Allrighty, then. Once again, a new Dev Channel Insider Preview brings “interesting” RDP access issues to the fore. After I upgrade my two Dev Channel test machines — a 2018 vintage Lenovo X380 Yoga, and a 2012 vintage Lenovo X220 Tablet — I follow a specific post-upgrade routine:
+1: RDP to the test machine
+2: Run Disk Cleanup (or the Settings-based alternative) to slim down its disk footprint, plus other routine cleanups
+3: Create an image backup using Macrium Reflect to capture a new, pristine system image
That worked fine on the X380 Yoga, but I wasn’t able to establish a working RDP connection to the X220 Tablet.
This isn’t the first time I’ve had to troubleshoot RDP after an upgrade so I have a kind of checklist of items I start working through until I get things working. This time I had to go all the way to the bottom of that list — as Murphy too often decides must happen — before I got RDP working on the X220. Sigh.
The Post-Upgrade RDP Troubleshooting Checklist
I’ll just list the whole thing out, then explain what worked after it’s over. As you already know, I didn’t achieve nerdvana until the last step, anyway…
+1: Check Network Status. If reset to Public, change to Private.
+2: Check Advanced Sharing Settings (search on “Advanced sharing” to jump right to this Control Panel item)
+2.a: Under All Networks, make sure to “Turn on” public folder sharing,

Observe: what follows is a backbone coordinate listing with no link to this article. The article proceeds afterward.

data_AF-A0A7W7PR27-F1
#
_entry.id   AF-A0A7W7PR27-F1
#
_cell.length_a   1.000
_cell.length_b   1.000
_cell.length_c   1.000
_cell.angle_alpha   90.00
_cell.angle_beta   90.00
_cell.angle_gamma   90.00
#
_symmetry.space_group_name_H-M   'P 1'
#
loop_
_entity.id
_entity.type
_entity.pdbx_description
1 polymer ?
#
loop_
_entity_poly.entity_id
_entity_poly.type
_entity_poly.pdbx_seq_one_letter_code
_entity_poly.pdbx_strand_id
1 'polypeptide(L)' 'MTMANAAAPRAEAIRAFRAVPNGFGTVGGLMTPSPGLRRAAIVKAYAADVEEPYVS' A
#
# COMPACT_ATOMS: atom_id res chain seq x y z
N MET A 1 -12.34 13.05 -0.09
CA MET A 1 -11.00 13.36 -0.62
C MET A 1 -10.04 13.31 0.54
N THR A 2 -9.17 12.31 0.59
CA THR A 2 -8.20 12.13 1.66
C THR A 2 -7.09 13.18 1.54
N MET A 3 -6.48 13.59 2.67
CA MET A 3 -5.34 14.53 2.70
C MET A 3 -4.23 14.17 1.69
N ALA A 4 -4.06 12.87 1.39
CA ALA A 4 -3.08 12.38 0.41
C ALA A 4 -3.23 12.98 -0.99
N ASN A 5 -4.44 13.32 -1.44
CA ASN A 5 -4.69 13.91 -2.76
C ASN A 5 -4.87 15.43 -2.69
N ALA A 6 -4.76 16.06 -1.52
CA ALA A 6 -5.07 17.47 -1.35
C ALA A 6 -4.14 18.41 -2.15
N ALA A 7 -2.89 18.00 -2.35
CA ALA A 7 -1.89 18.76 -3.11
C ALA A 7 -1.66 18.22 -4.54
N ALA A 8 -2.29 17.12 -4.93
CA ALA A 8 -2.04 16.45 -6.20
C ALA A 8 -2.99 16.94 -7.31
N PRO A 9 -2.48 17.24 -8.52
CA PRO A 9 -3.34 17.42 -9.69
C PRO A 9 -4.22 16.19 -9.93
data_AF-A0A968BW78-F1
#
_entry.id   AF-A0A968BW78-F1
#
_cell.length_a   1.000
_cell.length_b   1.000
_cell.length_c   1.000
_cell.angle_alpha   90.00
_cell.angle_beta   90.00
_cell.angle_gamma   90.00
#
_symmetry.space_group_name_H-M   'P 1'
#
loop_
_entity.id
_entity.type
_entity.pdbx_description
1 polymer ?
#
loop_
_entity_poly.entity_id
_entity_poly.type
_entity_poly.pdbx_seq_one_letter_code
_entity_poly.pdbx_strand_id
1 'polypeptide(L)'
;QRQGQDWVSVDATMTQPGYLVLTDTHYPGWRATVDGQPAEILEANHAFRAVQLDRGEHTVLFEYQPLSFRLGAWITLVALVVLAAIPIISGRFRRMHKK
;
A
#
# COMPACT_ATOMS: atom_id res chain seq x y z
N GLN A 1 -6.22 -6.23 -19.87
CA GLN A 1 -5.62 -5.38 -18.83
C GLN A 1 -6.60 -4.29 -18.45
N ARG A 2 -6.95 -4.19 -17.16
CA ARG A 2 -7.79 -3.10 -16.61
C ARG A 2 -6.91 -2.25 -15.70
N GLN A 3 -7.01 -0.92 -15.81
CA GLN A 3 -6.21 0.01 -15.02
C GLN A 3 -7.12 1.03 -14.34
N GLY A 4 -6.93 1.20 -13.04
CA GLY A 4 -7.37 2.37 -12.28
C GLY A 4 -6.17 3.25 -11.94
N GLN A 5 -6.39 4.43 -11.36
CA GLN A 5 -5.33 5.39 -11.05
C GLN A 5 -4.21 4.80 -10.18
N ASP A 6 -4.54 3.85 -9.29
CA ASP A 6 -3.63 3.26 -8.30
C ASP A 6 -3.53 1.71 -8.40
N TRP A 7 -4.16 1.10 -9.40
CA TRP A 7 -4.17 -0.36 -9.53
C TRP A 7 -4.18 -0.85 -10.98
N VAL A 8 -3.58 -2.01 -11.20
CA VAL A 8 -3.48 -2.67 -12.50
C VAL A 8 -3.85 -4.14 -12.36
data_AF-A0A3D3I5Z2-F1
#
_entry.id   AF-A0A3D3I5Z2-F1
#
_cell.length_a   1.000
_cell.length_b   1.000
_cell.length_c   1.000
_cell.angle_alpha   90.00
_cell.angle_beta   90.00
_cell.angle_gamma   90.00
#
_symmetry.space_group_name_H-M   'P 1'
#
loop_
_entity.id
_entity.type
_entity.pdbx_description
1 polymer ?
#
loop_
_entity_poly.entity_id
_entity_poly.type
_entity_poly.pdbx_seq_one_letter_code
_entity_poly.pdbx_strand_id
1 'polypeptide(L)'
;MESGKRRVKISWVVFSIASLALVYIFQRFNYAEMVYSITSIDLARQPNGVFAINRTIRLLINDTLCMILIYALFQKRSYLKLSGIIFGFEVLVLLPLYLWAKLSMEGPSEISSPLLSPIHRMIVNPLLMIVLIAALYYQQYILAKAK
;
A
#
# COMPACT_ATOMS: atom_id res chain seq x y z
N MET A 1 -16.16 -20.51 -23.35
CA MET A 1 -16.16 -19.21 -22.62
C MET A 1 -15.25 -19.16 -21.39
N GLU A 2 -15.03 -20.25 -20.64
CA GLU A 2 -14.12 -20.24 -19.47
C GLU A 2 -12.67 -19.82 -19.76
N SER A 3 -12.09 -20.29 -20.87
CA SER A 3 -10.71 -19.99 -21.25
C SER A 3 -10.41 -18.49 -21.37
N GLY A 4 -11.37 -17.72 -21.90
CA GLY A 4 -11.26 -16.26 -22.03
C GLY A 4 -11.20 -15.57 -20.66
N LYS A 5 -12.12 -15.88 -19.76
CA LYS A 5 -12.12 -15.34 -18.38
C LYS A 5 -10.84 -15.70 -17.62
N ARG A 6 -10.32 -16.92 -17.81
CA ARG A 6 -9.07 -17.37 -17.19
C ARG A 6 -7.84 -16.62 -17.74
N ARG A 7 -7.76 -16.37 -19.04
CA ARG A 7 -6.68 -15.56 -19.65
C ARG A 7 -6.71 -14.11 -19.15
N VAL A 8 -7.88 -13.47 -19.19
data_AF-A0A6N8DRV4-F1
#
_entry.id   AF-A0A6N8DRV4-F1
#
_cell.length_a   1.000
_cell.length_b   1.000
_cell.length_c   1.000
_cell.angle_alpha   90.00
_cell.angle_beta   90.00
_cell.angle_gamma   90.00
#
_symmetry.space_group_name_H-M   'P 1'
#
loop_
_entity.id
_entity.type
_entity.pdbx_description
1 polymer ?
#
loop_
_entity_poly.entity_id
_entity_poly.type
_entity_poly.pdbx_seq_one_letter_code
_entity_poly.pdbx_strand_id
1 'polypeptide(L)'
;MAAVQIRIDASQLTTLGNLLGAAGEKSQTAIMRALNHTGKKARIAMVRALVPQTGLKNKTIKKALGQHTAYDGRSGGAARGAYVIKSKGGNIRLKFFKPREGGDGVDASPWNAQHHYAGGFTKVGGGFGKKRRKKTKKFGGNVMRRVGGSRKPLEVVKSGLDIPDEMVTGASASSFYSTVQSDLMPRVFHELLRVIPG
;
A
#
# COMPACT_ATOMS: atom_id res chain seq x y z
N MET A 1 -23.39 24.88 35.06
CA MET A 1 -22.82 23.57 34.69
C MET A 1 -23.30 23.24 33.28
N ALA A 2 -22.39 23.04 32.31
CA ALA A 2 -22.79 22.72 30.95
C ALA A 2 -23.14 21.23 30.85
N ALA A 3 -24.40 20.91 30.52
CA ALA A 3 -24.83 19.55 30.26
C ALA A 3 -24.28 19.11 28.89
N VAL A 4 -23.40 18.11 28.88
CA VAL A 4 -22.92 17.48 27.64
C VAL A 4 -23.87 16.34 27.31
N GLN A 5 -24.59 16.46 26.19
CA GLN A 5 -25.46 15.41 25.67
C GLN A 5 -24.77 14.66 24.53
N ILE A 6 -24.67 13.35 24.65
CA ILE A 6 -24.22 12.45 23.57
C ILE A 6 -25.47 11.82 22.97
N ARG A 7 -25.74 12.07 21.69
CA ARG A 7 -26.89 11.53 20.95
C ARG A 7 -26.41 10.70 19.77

+2.b: Under All Networks, “Turn off” password protected sharing
+3: Turn off “Enable remote desktop,” then turn it back on (Do this either in Control Panel/System/Remote Settings or in Settings/System/Remote Desktop)
+4: Reboot the remote target PC
I’ve been seeing this behavior with some degree of frequency on the older Lenovo across multiple recent Dev Channel builds. It’s just one of those things I have to check after an upgrade because I’m totally habituated to using RDP to access my fleet of Insider Preview test machines (2 each for Dev Channel, Beta Channel, and Insider Preview Channel). Most of the time, RDP keeps on working after a Feature Update (Upgrade) is applied. But when it doesn’t this checklist has yet to let me down. Thus, you might find it helpful, too. Cheers!
Author: Ed Tittel
Ed Tittel is a 30-plus-year computer industry veteran. He’s a Princeton and multiple University of Texas graduate who’s worked in IT since 1981 when he started his first programming job. Over the past three decades he’s also worked as a manager, technical evangelist, consultant, trainer, and an expert witness. See his professional bio for all the details.